There are plenty of underutilized public spaces, both real and metaphorical. There are ways to utilize them without forcing people to drop their iPodveils. I'm all for open invitations. Forced participation not so much.


Posted by Saheli

Just to be contrary - Hibiscus, you probably know the female Stuart, the one whose 38th birthday was celebrated on the 38 Geary from the Transbay Terminal past the hospital where she was born and out to the beach. Along the way, friends got on at whatever bus stop was appropriate. There were no streamers out the windows (all remained on the bus stanchions, safely indoors) but they just somehow knew it was the right bus. We got the other passengers to sing `happy birthday' not one, not two, but now what would you pay, three times on the 7-mile ride. It was a blast. I don't even remember the beach party because the bus party was so fun.

Anyway, I am somewhere in between. I'm mostly a public-space fundamentalist, believing that we should all experience one another as much and often and intensely as possible, even if it does drive us to tears, and I have also enjoyed the strange isolating spectacle existence behind the windshield or the sunglasses or the walkman. My personal solution has been to use a single ear-bud. It's less obvious and while it might be less intense it allows conversation along with the sound-track. I recommend it. I don't recommend acquiring such technology the way I did, which was to tear an ear-bud off a pair in the wheel of a bicycle.  

Posted by hedgehog

For the nth time, I'm NOT trying to get anyone to stop listening to their iPods, nor am I saying it's immoral to listen to iPods or anything of the sort. Nor am I saying you have to talk to everyone around you, or always be open to the people around you. I'll quote myself, here:
But I've always tended to latch onto particular archetypal examples as actual demons - the GAP as the embodiment of monotonous, sweatshop-produced trendwear, or SUVs as destroyers of the environment. This instantly makes my statements weaker, since the implied action (stop wearing GAP clothing, driving an SUV, and listening to an iPod) is not going to stop the problem. It is only indicative of it.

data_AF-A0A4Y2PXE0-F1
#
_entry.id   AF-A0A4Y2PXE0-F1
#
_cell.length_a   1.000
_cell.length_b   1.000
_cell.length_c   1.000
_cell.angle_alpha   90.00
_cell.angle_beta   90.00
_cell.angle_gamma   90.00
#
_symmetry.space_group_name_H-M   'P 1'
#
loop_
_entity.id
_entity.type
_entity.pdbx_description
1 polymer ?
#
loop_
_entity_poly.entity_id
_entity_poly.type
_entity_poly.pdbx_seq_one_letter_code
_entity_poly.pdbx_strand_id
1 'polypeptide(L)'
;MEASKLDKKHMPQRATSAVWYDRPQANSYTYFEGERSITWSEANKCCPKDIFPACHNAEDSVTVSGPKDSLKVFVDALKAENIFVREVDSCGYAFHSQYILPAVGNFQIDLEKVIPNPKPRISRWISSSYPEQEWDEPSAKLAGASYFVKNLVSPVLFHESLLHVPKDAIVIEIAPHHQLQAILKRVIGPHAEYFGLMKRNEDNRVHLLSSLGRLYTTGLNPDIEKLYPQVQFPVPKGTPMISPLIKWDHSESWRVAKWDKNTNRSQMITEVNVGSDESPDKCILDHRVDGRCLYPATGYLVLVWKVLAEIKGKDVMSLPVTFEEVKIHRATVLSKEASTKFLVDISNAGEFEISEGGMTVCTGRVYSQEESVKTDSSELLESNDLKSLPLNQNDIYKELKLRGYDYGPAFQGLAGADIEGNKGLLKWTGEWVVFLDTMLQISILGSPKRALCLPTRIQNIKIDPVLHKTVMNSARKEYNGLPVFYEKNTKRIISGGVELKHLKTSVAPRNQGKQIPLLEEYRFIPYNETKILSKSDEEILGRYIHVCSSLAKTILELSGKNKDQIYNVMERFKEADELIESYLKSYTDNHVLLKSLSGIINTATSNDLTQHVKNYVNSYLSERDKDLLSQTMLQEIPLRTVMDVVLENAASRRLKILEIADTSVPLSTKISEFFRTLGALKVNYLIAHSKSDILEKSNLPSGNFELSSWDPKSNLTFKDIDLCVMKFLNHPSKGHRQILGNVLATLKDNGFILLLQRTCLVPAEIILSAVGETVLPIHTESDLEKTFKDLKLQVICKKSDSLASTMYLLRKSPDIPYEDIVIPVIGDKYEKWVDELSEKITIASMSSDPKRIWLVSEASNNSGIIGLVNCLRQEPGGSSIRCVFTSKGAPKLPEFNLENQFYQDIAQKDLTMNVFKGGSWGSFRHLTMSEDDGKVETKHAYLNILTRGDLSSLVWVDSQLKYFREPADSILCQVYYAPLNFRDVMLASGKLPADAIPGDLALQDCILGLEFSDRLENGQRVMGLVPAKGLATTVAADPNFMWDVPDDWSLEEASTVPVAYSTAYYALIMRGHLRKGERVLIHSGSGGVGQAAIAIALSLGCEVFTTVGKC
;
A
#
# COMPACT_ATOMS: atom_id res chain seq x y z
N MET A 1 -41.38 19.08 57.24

I'm only saying that iPods DO create a wall, and that the tendency of people to want to create walls between them and other people rather than break them down is destructive, and it's unfortunate that the popularity of the iPod, as with MANY OTHER modern innovations, has facilitated that. I'm not suggesting that you're destroying the world every time you listen to your iPod on the bus, just that as a social phenomenon  it does more harm than good.

Also, listening to an iPod is qualitatively different than reading a book. I've had many conversations start because of someone (either me or the other party) reading a book on the T. Never because someone was listening to their iPod. That shuts people out in a way that reading does not.

Anyway, I think I've said my piece, here. 

Posted by saurabh

I think that was the first time on this page that you said "my piece." Unless command-F doesn't work anymore. 

Posted by hedgehog

I just("just" as in 10 minutes ago) made intense googly eyes with someone on the 38 Geary (whilst listening the white demon device). I couldn't have done that if I had my head buried in a book. 

Posted by echan

Hmph. I must get myself on this 38 Geary Bus. Echan never makes googly eyes with me .